Re: The RePEc (Economics) Model

From: Stevan Harnad <>
Date: Sat, 22 Mar 2003 02:10:48 +0000

On Wed, 19 Mar 2003, Thomas Krichel wrote:

> There is no contradiction between institutional and departmental
> archives

I agree completely. In fact, departmental archives *are* institutional
archives (as opposed to centralised, disciplinary ones, like the Physics
ArXiv or CogPrints).

> having discipline-based
> aggregat[ors] will be the best way to stimulate institutional
> and departmental archiving. The problem is, of course, that
> there are not many aggregators around. Therefore I have been
> arguing for a while that the institutional self-archiving
> community should stick together to elect one area of disciplinary
> priority... [R]ather than to fight a war on all fronts,
> concentrate the effort and build systems that are interoperable
> beyond the unqualified DC data model. The DC data model is too simple
> for academic self-documentation.

I have no problem with elaborating the OAI protocol if it is necessary
and useful (I am not technically qualified to judge one way or the
other). But I *definitely* disagree that the institutional self-archiving
community should "elect one area of disciplinary priority"!

Repec's aggregating and enriching efforts with what Economics web content
exists already, and citeseer's harvesting and enriching efforts with what
Computer-Science web content exists already are both invaluable interim
contributions to making existing web content more interoperable and
usable, but what is urgently needed is (much, much) more content, in all
disciplines! That is what the (OAI) self-archiving movement is about.
And this can and will be done in parallel, for all disciplines. There is
no sense in waiting to do it one-by-one serially, whether discipline by
discipline or journal by journal!

> just look at the amount of stuff that is on the web. There are so many
> grass-roots initiatives. The larger public is not aware of them because
> they serve specific communities. This is where I get so angry with
> Clifford and his---implicit---call to shut them down, to fit all
> publishing activities into a central straight jacket.

Cliff Lynch is not calling -- explicitly or implicitly -- for shutting
anything down, nor for fitting "all publishing activities into a central
straitjacket"! He is simply supporting self-archiving by institutions
(which includes self-archiving by their departments!)

And when I look at the web I am of course struck by how much is on it,
but far more struck by how much could so easily be on it, but is *not* --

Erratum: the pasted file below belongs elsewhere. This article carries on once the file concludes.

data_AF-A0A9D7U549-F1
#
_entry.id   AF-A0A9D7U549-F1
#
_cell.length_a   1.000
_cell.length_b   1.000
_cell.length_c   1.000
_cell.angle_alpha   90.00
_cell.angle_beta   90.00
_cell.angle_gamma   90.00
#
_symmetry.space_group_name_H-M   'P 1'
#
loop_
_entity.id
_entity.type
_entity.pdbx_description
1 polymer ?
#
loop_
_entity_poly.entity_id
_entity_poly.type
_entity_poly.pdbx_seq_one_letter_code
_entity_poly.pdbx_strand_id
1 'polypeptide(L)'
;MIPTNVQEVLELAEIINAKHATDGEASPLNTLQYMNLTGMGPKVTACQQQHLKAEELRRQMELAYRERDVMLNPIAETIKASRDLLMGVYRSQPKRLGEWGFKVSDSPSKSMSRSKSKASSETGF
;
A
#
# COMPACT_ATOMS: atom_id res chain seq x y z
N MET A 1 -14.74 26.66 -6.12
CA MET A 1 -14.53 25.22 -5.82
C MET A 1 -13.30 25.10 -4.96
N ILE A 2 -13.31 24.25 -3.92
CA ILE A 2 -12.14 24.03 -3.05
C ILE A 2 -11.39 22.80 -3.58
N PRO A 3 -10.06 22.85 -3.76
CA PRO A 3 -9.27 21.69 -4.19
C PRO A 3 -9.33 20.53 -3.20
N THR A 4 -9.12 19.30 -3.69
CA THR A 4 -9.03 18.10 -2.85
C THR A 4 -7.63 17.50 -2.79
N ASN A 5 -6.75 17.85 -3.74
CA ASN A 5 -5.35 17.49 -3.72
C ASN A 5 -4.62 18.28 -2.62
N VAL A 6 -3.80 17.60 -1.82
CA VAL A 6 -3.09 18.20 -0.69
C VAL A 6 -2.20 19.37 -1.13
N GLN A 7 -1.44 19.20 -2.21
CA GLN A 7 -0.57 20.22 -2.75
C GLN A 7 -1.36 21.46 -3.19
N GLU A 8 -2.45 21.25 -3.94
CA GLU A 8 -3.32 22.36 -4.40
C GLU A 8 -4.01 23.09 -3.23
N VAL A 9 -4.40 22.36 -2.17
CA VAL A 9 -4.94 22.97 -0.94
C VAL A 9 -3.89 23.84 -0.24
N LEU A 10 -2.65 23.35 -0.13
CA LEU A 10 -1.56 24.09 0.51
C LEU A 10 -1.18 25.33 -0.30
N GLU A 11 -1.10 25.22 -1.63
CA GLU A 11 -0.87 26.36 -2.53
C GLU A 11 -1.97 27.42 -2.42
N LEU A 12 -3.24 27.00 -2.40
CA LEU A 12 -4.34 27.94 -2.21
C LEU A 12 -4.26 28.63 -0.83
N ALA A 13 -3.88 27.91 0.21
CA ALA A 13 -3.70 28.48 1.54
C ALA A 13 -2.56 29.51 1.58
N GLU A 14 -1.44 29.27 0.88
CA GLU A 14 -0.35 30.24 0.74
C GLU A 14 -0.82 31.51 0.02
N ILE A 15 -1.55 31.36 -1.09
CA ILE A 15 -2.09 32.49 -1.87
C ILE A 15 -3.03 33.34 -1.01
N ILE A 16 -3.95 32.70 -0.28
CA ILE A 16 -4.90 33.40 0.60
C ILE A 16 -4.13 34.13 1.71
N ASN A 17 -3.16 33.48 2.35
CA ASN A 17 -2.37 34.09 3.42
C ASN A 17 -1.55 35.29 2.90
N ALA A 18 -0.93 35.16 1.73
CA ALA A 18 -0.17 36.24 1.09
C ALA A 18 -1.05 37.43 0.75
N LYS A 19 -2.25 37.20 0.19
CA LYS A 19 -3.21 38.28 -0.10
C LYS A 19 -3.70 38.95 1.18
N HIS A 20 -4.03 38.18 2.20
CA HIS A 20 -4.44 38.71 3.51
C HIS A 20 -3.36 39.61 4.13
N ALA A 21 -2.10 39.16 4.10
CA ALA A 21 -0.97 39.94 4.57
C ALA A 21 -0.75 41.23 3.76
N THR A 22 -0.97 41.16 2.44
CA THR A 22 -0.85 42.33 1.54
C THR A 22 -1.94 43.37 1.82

across all disciplines. The target is the 2,000,000 papers published
annually in the planet's 20,000 peer-reviewed research journals.

> you insisted that because the Physicists had done [centralisers
> self-archiving], everyone could and would, it was the optimal way...

No Thomas, what I said and wrote (many times) is "optimal and inevitable,"
is *open access* (i.e., free on line full-text access to all refereed
research). That is the *end.* Centralized Arxiv-style self-archiving is
merely one of the candidate *means* to that end, and it did look like
it was headed toward prevailing for a while; but then it became clear
that faster means were needed. And with OAI-compliant institutional
(including departmental) self-archiving, I think those faster means are
at hand, the ones that can and will at last scale up to the whole
refereed research corpus, across disciplines.

>sh> central archiving did not catch on
> Exactly as I had forecasted!

Dear Thomas: *Nothing* has so far caught on, in over 10 years of having
open-access within reach! So it was always the safer bet that any new
candidate means would fail too! Don't be too proud of having predicted
that central archiving would not catch on. The challenge is still to
find a means that *will* catch on, and to *make* it catch on. (And the
Big Koan is still: Why is it taking so long, given that the outcome is
optimal and inevitable and reachable?)

>sh> The Big Koan is: "Why aren't all researchers self-archiving yet, given
>sh> its benefits and feasibility?"
> One answer that I have is that the benefits of doing
> self archiving have to be demonstrated to the invidual
> level of each researcher.

Agreed. And we, and you, and others are working on doing exactly that
by demonstrating empirically the causal connection between access and

Stevan Harnad
Received on Sat Mar 22 2003 - 02:10:48 GMT

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